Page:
BNE From Australia, joined Mar 2000, 3194 posts, RR: 11 Posted (7 years 11 months 1 day 13 hours ago) and read 2697 times:
29 June 2007 at 21:35:16 (Canberra time), the resident population of Australia is projected to be:
This projection is based on the estimated resident population at 31 December 2006 and assumes growth since then of:
one birth every 1 minute and 56 seconds,
one death every 3 minutes and 59 seconds,
a net gain of one international migrant every 3 minutes and 15 seconds leading to
an overall total population increase of one person every 1 minutes and 45 seconds.
These assumptions are consistent with those used for Series A in Population Projections, Australia, 2004-2101 (cat. no. 3222.0) with adjustments made for an increase in net overseas migration (NOM) due to the introduction of an improved method of estimating NOM.
Cedarjet From United Kingdom, joined May 1999, 8357 posts, RR: 54
Reply 16, posted (7 years 11 months 8 hours ago) and read 2414 times:
But the continent only supported a tiny number of humans before white people arrived on the scene. I keep hearing terrible stuff about water shortages in QLD, and that Perth is in an even more precarious situation, it may one day be abandoned.
So I'm pleased for Oz if this makes the country proud etc (and no question that Aussies punch above their numbers in sport, Hollywood etc) - but can the land actually support this many people for a sustained period, and if it can (fingers crossed), how many more before water and resources IS a problem?
fly Saha Air 707s daily from Tehran's downtown Mehrabad to Mashhad, Kish Island and Ahwaz
Springbok747 From Australia, joined Nov 2004, 4387 posts, RR: 10
Reply 17, posted (7 years 11 months 1 hour ago) and read 2387 times:
Quoting Cedarjet (Reply 16): But the continent only supported a tiny number of humans before white people arrived on the scene. I keep hearing terrible stuff about water shortages in QLD, and that Perth is in an even more precarious situation, it may one day be abandoned.
There are water shortages...but with the mining boom in WA and elsewhere, they might just be able to desalinate the water like they do in the Middle East. So I dont think anybody will be abandoning PER anytime soon (and hope the property rates don't go down as well )
Kieron747 From , joined Dec 1969, posts, RR:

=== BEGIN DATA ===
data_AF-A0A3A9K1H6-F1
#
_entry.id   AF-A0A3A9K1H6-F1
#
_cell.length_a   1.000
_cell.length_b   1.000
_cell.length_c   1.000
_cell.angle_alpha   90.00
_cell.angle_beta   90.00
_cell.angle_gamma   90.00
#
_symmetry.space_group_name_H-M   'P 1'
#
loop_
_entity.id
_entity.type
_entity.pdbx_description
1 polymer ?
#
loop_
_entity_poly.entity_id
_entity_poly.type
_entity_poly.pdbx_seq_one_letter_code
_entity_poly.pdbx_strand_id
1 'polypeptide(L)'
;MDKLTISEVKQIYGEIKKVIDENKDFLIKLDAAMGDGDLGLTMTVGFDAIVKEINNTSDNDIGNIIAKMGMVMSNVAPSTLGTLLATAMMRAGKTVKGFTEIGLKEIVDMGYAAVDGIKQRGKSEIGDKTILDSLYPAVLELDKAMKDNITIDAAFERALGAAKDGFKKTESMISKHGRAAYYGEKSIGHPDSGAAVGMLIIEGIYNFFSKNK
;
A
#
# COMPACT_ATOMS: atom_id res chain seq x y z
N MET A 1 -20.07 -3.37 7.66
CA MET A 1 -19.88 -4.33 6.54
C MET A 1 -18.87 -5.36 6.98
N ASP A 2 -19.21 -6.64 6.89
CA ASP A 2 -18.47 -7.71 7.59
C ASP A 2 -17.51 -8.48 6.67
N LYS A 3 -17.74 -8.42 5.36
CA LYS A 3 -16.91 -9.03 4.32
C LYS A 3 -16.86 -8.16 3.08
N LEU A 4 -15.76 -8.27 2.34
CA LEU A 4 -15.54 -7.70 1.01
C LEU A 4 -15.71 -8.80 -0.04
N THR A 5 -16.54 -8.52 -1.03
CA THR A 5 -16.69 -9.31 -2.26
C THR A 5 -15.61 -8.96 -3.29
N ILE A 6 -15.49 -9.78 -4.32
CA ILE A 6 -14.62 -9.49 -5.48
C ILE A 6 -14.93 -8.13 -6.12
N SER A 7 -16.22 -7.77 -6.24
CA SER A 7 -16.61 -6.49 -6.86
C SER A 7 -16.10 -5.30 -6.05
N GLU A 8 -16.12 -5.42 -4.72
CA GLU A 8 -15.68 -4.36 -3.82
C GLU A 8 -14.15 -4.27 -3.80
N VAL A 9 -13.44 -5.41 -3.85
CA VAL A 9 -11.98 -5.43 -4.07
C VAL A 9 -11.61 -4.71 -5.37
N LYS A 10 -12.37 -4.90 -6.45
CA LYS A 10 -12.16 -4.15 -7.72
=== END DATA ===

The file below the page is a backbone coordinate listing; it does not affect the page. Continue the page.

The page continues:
Reply 18, posted (7 years 11 months 1 hour ago) and read 2381 times:
Quoting Gkirk (Reply 10): Didn't the Aussies just hammer you lot 5-0 in the Ashes?
OK Graham your Scottish Nationalist stance is just plain boring now!
Where did Scotland end up in the game?
Reminds me of the Red Dwarf book where it talked about genetically engineered lifeforms, and the Scotland team engineered a goalkeeper who matched exactly the dimensions of the goal, a wall of human flesh to prevent any football from hitting the back of the net.
VHVXB From Australia, joined Apr 2006, 5528 posts, RR: 16
Reply 20, posted (7 years 11 months ago) and read 2370 times:
Quoting Cedarjet (Reply 16): and if it can (fingers crossed), how many more before water and resources IS a problem?
On this issue there has been decent rainfall on the eastern seaboard as well as regional areas in the last month
A MONTH of extreme weather across the state has brought relief at last for Goulburn's 22,000 residents who for almost three years have endured tough water restrictions. But tomorrow the restrictions will be lifted after more than 170 millimetres of rain drenched the district.
The city, which has had the highest water restrictions - level 5 - since October 2004 was jubilant yesterday when it appeared that people would once again be able to have a good bath.
And more good rainfall may be on the way, with the weather bureau announcing yesterday that there are new signs a La Nina event is forming offshore. La Ninas - the cooling of the waters of the central and eastern Pacific - are the opposite of El Ninos, which are blamed for worsening droughts in eastern Australia.
The last El Nino was declared over in February.
In Goulburn, falls of 70 millimetres in the past three days have left the countryside awash, with dams overflowing on properties and the Wollondilly River bursting its banks after six years of drought.